Gris – À l’Âme Enflammée, l’Äme Constellée…
Oh wow. Titles in French, looks misanthropic, maybe Vlad Tepes has returned! Second coming of Loudblast, even? No, it’s emo. Riddle me this: if emo isn’t like the fat girl addicted with meth that you woke up next to in the basement and felt great shame for the next, why do people keep trying to hide it? This is the same droning yet bittersweet minor-key background noise that Jawbreaker put on their albums and before that, that emo bands kept trying to insert into punk. What is emo, after all, but the very basic tonalities of rock music translated over an upbeat groove into power chords with dissonant voicings? When you look at what can’t be used, you see what is left. In the same way that the blues scale is the classical diatonic major scale with the key-centric notes removed (and a blue note for color-note rhythm comp fudging), emo is what happens when you take all the life out of music and translate it into rules to keep an audience in suspense. It doesn’t ever go anywhere, just shifts between these same few interval progressions. And yet, there it is. And people who apparently know nothing about thinking keep buying it. This is very frilly, dressed-up, entertaining variety, but underneath all the stupid pet tricks and gaudy clothing is the same old tedium. This is the sound of a genre dying.
Frost Legion – Death of Mankind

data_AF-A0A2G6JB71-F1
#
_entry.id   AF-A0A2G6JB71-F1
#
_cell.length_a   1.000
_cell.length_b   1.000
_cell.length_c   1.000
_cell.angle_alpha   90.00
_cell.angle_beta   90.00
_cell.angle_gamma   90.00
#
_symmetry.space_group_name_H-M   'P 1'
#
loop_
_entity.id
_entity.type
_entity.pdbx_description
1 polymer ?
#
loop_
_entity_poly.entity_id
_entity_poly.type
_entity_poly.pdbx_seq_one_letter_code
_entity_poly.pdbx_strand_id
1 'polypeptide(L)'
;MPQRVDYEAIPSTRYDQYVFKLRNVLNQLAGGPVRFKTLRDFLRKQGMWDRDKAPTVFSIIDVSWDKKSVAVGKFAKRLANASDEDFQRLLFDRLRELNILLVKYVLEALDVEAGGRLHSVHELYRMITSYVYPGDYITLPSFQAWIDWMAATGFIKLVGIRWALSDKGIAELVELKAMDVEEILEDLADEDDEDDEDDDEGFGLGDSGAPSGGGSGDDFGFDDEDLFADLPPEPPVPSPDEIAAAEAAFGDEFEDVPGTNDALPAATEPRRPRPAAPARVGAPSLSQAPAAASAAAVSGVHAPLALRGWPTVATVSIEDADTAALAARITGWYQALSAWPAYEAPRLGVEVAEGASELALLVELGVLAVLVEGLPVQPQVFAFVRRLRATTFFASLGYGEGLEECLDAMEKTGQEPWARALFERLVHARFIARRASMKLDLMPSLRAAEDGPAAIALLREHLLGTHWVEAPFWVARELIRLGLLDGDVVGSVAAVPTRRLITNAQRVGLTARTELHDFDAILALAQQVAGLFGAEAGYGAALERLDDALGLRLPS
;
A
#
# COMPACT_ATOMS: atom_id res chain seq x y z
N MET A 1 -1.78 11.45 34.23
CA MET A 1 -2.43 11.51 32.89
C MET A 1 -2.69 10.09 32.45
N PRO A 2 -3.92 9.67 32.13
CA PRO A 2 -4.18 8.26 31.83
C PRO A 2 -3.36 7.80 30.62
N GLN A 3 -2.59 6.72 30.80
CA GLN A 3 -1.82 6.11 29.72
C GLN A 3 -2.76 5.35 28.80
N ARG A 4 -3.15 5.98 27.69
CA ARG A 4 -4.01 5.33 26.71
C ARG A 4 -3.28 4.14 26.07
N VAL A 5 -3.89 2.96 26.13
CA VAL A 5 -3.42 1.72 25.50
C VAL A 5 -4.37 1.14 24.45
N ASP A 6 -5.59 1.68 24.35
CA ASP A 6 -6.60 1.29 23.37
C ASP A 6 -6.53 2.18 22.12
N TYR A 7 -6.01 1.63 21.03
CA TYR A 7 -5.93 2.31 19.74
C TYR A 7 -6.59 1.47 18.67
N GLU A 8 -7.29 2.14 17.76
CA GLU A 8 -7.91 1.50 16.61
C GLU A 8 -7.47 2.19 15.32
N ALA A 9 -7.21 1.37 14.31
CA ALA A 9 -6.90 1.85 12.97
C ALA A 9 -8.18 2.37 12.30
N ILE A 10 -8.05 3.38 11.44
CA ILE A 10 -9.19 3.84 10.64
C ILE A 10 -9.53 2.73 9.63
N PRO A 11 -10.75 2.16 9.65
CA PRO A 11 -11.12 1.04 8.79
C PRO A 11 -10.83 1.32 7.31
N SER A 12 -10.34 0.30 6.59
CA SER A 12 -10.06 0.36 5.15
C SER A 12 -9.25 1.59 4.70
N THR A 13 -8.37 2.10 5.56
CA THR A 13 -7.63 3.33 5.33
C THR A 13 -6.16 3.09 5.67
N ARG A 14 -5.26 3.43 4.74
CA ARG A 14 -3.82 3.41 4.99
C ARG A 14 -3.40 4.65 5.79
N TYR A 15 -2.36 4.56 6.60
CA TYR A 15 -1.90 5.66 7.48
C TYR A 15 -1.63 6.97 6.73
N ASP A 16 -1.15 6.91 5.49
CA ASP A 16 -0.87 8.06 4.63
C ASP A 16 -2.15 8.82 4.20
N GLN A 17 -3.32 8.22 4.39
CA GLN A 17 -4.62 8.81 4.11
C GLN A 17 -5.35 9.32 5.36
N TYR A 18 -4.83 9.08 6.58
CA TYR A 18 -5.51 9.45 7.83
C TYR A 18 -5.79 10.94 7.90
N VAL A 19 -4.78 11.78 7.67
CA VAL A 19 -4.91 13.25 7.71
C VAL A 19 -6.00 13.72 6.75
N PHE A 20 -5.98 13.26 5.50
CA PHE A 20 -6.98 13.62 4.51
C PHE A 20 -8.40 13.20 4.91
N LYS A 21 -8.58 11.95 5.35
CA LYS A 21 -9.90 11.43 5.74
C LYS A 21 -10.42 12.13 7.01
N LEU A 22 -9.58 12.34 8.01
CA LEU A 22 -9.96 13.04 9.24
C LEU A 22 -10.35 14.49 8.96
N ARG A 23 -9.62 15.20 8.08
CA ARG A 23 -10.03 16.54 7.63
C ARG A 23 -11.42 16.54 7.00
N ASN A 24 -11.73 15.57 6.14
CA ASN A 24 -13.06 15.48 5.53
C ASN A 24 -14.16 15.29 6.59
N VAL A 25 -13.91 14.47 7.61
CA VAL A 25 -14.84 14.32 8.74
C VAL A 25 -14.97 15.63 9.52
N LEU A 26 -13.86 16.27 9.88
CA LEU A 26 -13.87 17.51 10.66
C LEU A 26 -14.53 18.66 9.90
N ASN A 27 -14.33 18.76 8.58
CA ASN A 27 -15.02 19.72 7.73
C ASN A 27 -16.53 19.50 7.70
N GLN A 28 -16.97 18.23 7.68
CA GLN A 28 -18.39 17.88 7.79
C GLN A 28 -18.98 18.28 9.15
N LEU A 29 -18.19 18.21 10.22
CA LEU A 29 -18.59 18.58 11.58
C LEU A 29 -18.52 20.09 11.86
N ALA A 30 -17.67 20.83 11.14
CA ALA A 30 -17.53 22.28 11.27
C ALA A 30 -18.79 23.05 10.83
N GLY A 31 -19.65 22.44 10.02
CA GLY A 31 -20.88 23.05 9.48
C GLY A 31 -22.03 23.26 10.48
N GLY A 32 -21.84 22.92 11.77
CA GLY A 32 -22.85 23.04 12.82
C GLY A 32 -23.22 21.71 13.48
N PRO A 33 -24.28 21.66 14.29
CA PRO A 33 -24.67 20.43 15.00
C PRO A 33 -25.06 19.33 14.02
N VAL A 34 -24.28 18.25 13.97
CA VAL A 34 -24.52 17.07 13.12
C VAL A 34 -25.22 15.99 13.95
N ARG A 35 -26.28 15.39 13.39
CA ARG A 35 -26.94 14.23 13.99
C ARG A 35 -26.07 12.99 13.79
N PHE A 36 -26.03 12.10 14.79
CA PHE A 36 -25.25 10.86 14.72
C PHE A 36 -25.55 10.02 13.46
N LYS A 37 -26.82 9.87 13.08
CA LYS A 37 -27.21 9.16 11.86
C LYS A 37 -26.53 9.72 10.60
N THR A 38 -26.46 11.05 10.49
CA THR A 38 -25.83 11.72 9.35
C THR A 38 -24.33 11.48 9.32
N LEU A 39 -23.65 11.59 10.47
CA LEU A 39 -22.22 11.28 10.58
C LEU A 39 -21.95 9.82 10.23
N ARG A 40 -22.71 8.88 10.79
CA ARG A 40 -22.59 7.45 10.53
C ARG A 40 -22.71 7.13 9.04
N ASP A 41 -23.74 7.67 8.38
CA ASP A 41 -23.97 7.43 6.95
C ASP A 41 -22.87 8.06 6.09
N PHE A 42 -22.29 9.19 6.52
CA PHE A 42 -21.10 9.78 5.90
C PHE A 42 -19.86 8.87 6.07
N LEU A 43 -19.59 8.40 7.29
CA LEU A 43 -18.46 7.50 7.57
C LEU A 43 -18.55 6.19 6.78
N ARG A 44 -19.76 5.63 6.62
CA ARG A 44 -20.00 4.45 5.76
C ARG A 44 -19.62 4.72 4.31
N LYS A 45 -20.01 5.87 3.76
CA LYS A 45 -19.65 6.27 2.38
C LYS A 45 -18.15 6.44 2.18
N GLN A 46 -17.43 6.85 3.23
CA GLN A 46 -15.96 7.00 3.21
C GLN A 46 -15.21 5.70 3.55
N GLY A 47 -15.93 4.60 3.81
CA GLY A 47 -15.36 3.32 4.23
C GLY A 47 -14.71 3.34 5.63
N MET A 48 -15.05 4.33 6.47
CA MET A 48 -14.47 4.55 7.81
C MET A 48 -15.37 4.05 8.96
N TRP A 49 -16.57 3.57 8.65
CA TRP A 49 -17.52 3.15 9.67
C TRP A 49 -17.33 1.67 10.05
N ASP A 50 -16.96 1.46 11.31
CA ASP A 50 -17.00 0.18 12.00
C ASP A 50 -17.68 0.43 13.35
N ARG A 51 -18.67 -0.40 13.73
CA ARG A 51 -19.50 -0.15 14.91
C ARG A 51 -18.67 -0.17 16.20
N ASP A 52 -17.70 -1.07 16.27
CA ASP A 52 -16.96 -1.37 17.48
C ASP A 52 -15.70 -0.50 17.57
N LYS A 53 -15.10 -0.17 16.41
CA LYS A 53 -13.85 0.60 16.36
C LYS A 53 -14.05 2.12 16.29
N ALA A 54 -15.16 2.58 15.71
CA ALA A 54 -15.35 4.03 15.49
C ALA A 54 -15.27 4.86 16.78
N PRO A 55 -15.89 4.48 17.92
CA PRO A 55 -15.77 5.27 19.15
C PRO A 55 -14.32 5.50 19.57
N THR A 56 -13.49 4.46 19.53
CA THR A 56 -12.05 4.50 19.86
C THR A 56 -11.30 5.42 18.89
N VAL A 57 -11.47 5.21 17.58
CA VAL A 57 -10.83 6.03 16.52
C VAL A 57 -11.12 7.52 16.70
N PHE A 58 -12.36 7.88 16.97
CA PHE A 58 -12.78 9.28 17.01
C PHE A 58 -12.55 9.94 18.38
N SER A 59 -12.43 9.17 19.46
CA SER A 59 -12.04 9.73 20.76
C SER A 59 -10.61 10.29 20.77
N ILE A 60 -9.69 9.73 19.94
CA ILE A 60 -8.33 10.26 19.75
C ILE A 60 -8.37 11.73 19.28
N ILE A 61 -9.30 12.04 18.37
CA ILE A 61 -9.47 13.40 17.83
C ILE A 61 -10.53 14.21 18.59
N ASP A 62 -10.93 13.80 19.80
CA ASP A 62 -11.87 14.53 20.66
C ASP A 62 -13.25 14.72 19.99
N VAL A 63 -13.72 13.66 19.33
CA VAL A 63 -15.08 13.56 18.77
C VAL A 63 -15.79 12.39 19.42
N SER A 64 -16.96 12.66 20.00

Crossing punk and heavy metal styles with a black metal aesthetic of constant high-intensity drumming and droning riffs, Frost Legion make black metal that often sounds like it is assembled from spare parts but tries to keep a focus on the melody and savagery of black metal. Vocals are a constant rasp that varies inflection as little as possible, over active double-bass drumming reminiscent of later Ancient Rites. Riffs are often drifting melodic constellations formed of a few chords which work through permutations of loss and re-acquisition of a root note. Often the riffs are very similar to each other which causes an unsettling loss of orientation, and frequently they bring out melodies which resemble music from the 1930s, but the effect is to create a sense of longing. One thing this band could do better is dynamics; it uses nearly constant intensity most of the time which is exhausting. While song structure is essentially riff-based, these riffs may need to correlate to something else in order to make the composition memorable. The constant melodic riffing is reminiscent of Carcariass and bands of that ilk who are deeply invested in guitar creativity and sometimes lose sight of memorable songs. This is a good start and it will be interesting to see where these guys end up after they’ve had a chance to contemplate the results of listening to this album several dozen times.